You are a personal trainer? May 14 2017

For those who have known me for a decade or two may have some insight about me. Although, I can be a bit of a closed book, so perhaps you really don't know. Regardless, I want to discuss a bit about how I've identified myself for the majority of my life and how that intertwines with my occupation. 

In 2006/2007, I had finally put together that I *clearly* had issues with food. I think a coping mechanism up until this point was just brushing off the fact that food is an answer to many of my problems. I was a chunky kid. I would eat anything and I used food not to provide fuel or nourishment, but often to feed my emotions. By the end of 2007, I was engaging in binge/purge habits and I was struggling with emotional/mental issues of disordered eating, self-love/acceptance, etc. 

In early 2008 was the beginning of "my weight loss journey". I think this experience was one of the hardest things I've ever had to sort through emotionally. It was very challenging for me to deal with people providing unsolicited advice, feedback, comments, criticism, etc. Especially as I started to identify as a 'skinny person' for the first time in my life. I am grateful that this experience led me to working in the fitness industry, but some aspects certainly messed with my head. My words of advice if you know someone going through body composition changes: ask how they are and be super mindful of word choice. Gaining/losing weight can be hard. I wish I had the courage to tell people that hurt my feelings that they way they talked to me was painful and damaging.

In 2009 I enrolled at ISU. I was overly thrilled to know what area I wanted to study and get into an industry to help others. I was definitely still working on understanding who I was (becoming) at the time. In fact, by my 2nd semester at university I sought out a counselor to help me work through some of my issues. This was the best decision ever and I think everyone could benefit from a trained professional to work through any issues they may have. In working with my counselor, it was really hard to come to terms with my eating disorder. I worked really hard on building up my self-esteem. To appreciate my food as a source of nourishment instead of dreading making meals or being obsessive about calorie / macro intake. The hardest part? Admitting to myself and loved ones that I was bulimic. Labels are hard. They're hard to process. And I have an intense fear of being judged. Were my family and friends now judging me based on this new label? These discussions create(d) a lot of anxiety and feelings of overwhelm.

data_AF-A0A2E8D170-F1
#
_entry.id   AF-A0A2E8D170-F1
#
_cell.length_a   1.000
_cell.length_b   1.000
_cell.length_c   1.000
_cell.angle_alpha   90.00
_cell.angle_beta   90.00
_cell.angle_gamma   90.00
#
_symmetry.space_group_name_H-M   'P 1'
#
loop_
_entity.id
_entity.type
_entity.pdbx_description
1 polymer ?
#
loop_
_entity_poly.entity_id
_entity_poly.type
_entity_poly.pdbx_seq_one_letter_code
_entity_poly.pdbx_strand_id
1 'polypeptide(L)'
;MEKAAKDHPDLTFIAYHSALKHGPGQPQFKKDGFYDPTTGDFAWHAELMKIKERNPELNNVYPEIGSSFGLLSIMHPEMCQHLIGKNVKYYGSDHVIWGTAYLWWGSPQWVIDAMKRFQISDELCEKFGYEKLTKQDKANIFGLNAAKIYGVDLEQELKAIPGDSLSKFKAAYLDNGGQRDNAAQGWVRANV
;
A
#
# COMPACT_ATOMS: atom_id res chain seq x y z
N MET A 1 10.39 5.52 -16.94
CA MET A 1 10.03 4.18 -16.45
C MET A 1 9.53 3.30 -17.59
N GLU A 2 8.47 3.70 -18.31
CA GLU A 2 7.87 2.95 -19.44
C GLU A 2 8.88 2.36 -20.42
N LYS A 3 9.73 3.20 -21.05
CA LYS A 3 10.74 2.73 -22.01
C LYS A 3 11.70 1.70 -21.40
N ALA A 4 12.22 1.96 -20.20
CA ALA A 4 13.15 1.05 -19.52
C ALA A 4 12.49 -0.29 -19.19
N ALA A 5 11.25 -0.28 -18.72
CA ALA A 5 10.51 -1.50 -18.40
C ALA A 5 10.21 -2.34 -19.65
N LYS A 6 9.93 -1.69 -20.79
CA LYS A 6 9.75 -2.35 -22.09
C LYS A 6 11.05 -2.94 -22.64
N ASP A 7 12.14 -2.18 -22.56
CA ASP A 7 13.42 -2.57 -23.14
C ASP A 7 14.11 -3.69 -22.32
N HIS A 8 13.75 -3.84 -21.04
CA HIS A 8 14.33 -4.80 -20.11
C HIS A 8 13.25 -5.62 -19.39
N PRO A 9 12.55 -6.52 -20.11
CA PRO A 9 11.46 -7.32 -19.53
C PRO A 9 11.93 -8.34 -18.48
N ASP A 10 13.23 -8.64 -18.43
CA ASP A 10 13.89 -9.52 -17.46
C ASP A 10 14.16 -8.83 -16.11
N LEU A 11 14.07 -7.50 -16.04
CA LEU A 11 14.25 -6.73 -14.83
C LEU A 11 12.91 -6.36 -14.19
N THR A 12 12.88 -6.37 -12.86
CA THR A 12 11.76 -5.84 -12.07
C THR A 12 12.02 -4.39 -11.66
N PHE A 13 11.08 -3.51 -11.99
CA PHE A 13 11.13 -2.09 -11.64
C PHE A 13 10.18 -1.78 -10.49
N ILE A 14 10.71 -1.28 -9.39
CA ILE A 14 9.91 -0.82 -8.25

I still work on these issues. And working in the fitness industry has brought on other labels, too. I almost always dread telling people that I'm a fitness professional / instructor / personal trainer. Why? Because most times than not, I get what I call the 'up and down'. A lot of people, probably many without realizing it, look at me from head to toe to judge if my body represents what a personal trainer should look like. I think we all know what box society wants to put fitness professionals in in terms of physical appearance. But my body doesn't represent my knowledge and experiences in the workforce. I have to remind myself that I am making a positive impact on my client's lives and I am doing a great job even while I feel I'm a work in progress. 

I stepped on the scale for the first time today in ... months ... a year? I don't even know. I weight 180 pounds. At my lowest, I weighed 130. It's super hard to not let these numbers upset me, anger me, get the best of me, define me, etc. But you know what? Regardless of the scale, this body that I have right now has done AMAZING things. Things that I couldn't have done when I weighed less. I know that fitness has many looks. I know that this body of mine today is very fit, healthy, and I should be proud of it! But sometimes I need to remind myself of this. 

I am hoping to just keep moving forward. To listen to my body. To provide fuel when my body/soul needs to be nourished. To enjoy movement because it makes me feel good, strong, fast, powerful, and inspiring. To be mindful of how I eat. To allow myself to indulge and feel okay. To be forgiving when I overindulge. To not become obsessive about food. To continue to love myself when the world feels overwhelming or when my inner voice is saying cruel things. To embrace my feelings and know that I will be okay. To be able to discuss my insecurities without fear of judgment. To understand that people who are judgmental are not allowed to take up space in my mind or heart. 

I am not alone;
you are not alone.
We are more than labels.
We are worthy of love, acceptance, respect, etc. 
And when life feels really hard or overwhelming, it will be okay. <3

I AM a personal trainer. And I'm damned good at what I do, not matter what my body looks like.